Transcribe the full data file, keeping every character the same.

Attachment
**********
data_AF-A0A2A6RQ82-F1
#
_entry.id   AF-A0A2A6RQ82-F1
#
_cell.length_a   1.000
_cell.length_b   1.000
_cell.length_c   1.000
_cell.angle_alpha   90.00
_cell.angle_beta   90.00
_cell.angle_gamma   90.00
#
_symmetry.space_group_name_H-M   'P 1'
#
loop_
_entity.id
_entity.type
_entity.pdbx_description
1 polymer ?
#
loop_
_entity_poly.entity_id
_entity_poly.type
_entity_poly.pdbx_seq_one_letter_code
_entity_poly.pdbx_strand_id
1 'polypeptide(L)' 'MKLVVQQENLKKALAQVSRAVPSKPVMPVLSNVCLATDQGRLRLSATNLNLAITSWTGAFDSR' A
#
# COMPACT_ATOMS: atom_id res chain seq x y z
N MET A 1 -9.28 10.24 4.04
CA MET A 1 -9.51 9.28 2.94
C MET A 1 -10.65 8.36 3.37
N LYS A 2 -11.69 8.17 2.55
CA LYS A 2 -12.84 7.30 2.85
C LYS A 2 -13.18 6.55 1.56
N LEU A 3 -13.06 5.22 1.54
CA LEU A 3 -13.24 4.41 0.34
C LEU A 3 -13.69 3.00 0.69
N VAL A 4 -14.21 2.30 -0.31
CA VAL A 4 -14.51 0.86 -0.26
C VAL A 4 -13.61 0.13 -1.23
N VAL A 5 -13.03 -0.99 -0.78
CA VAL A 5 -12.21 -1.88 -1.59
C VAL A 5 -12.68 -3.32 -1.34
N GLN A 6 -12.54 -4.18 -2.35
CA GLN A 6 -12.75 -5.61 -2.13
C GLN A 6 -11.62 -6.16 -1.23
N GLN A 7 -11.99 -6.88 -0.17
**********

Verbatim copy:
data_AF-A0A2A6RQ82-F1
#
_entry.id   AF-A0A2A6RQ82-F1
#
_cell.length_a   1.000
_cell.length_b   1.000
_cell.length_c   1.000
_cell.angle_alpha   90.00
_cell.angle_beta   90.00
_cell.angle_gamma   90.00
#
_symmetry.space_group_name_H-M   'P 1'
#
loop_
_entity.id
_entity.type
_entity.pdbx_description
1 polymer ?
#
loop_
_entity_poly.entity_id
_entity_poly.type
_entity_poly.pdbx_seq_one_letter_code
_entity_poly.pdbx_strand_id
1 'polypeptide(L)' 'MKLVVQQENLKKALAQVSRAVPSKPVMPVLSNVCLATDQGRLRLSATNLNLAITSWTGAFDSR' A
#
# COMPACT_ATOMS: atom_id res chain seq x y z
N MET A 1 -9.28 10.24 4.04
CA MET A 1 -9.51 9.28 2.94
C MET A 1 -10.65 8.36 3.37
N LYS A 2 -11.69 8.17 2.55
CA LYS A 2 -12.84 7.30 2.85
C LYS A 2 -13.18 6.55 1.56
N LEU A 3 -13.06 5.22 1.54
CA LEU A 3 -13.24 4.41 0.34
C LEU A 3 -13.69 3.00 0.69
N VAL A 4 -14.21 2.30 -0.31
CA VAL A 4 -14.51 0.86 -0.26
C VAL A 4 -13.61 0.13 -1.23
N VAL A 5 -13.03 -0.99 -0.78
CA VAL A 5 -12.21 -1.88 -1.59
C VAL A 5 -12.68 -3.32 -1.34
N GLN A 6 -12.54 -4.18 -2.35
CA GLN A 6 -12.75 -5.61 -2.13
C GLN A 6 -11.62 -6.16 -1.23
N GLN A 7 -11.99 -6.88 -0.17